These are great truths for us to, reflect upon. And in connection with this I wish to say, we not only need to have confidence in men, but we must exhibit that confidence. "Be kindly affectionate one to another with brotherly love; in honor preferring one another," not preferring ourselves, but "in honor preferring one another." This may be a hard lesson for some to learn, but we have got it to learn, or we never shall be fitted to hold any important position in carrying out the designs of God, in building up His Church and Kingdom on the earth. We want to feel a free interchange of that union one with another, not for one man to stand up among his fellows as though he were unapproachable, and say to others, "Stand off, I am holier than thou." Nothing of this kind; but entertain a kindness, a sympathy and a desire to promote the happiness and welfare of all men, just as God does. He causes his sun to rise on the evil and on the good, and he sends his rain on the just and on the unjust.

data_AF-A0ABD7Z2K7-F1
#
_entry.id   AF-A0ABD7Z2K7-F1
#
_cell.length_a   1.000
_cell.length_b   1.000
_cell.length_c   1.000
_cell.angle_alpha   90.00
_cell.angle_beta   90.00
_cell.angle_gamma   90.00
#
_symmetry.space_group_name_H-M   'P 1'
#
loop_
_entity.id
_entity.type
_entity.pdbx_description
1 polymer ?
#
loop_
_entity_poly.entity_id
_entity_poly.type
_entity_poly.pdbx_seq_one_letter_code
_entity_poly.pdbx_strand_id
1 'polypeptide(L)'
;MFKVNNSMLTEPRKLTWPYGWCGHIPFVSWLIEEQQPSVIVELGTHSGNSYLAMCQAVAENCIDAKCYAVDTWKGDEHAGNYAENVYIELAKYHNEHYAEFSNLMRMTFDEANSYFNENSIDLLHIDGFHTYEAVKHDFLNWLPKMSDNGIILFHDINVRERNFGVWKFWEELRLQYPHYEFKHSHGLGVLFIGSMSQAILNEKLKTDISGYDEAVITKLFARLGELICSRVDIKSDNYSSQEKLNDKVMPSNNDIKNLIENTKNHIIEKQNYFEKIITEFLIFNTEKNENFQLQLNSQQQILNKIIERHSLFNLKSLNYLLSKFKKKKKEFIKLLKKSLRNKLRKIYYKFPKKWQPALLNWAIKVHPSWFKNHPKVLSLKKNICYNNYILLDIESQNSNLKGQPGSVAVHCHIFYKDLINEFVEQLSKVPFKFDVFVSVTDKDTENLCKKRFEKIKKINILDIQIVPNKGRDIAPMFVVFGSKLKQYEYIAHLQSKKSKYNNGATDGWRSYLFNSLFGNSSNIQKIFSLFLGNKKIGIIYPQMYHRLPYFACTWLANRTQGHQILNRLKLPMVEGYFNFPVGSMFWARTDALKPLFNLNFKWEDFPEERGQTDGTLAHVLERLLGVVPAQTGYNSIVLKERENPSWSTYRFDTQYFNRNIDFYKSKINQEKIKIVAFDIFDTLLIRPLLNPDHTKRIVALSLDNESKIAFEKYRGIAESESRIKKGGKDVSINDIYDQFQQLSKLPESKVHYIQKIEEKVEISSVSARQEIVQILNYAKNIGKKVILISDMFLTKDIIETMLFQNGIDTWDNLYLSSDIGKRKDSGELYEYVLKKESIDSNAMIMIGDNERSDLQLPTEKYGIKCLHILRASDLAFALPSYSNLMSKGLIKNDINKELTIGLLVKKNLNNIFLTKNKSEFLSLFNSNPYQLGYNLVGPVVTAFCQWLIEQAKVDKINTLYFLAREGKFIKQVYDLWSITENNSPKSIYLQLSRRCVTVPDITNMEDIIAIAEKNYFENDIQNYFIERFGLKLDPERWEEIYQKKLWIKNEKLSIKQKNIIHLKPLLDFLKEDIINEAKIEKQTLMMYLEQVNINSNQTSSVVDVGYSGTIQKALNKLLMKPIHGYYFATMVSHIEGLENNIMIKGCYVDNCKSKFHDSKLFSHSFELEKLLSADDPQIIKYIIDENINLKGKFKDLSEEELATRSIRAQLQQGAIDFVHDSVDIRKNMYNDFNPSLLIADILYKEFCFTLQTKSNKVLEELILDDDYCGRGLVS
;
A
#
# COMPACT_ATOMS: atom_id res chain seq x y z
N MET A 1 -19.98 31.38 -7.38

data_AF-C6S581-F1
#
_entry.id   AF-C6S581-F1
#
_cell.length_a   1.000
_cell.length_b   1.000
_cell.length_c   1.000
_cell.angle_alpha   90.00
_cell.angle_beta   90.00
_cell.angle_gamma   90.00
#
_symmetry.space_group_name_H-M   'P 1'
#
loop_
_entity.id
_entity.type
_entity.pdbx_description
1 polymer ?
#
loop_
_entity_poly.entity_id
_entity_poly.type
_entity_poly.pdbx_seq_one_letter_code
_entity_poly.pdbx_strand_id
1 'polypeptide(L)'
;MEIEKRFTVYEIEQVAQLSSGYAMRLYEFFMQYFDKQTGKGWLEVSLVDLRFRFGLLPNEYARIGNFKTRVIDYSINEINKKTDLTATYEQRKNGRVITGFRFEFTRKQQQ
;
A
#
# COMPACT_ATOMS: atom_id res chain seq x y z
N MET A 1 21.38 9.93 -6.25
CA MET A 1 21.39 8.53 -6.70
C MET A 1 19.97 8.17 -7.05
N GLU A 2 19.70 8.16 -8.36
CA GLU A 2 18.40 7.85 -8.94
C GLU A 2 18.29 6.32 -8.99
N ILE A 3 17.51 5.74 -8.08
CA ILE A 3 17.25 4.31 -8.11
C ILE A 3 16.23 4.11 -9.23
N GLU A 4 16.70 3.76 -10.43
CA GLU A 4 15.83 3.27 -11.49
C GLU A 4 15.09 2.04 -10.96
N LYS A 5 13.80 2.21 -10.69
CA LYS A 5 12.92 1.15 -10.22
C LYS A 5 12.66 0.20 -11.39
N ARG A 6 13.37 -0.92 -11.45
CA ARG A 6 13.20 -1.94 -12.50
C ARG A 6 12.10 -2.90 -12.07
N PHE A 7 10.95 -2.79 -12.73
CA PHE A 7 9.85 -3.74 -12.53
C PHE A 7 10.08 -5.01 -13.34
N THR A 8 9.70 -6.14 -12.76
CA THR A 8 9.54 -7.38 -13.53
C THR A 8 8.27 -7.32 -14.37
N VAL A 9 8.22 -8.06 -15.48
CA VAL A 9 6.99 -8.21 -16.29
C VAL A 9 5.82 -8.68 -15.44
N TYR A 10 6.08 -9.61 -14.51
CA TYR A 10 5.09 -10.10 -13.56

There is something I thought I would refer to in order that it might be known and properly understood. There is a feeling generally entertained that President Young, in his lifetime, got possession of a certain square here in Ogden wrongfully. Certain things are continually being originated by certain minds, and rumors get circulated, and it is too often the case that people do not stop to consider as to their truthfulness and in many instances conclusions are formed, and I would venture to say that in nine cases out of every ten such conclusions are wrong. Brother Lorin Farr is present: he was Mayor at the time this land in question was transferred to President Young, and is conversant with the whole transaction. I will therefore call upon Brother Farr to come forward and relate the same fully, yet concisely, that you may be apprized of the facts.
Elder Lorin Farr then made the following statement: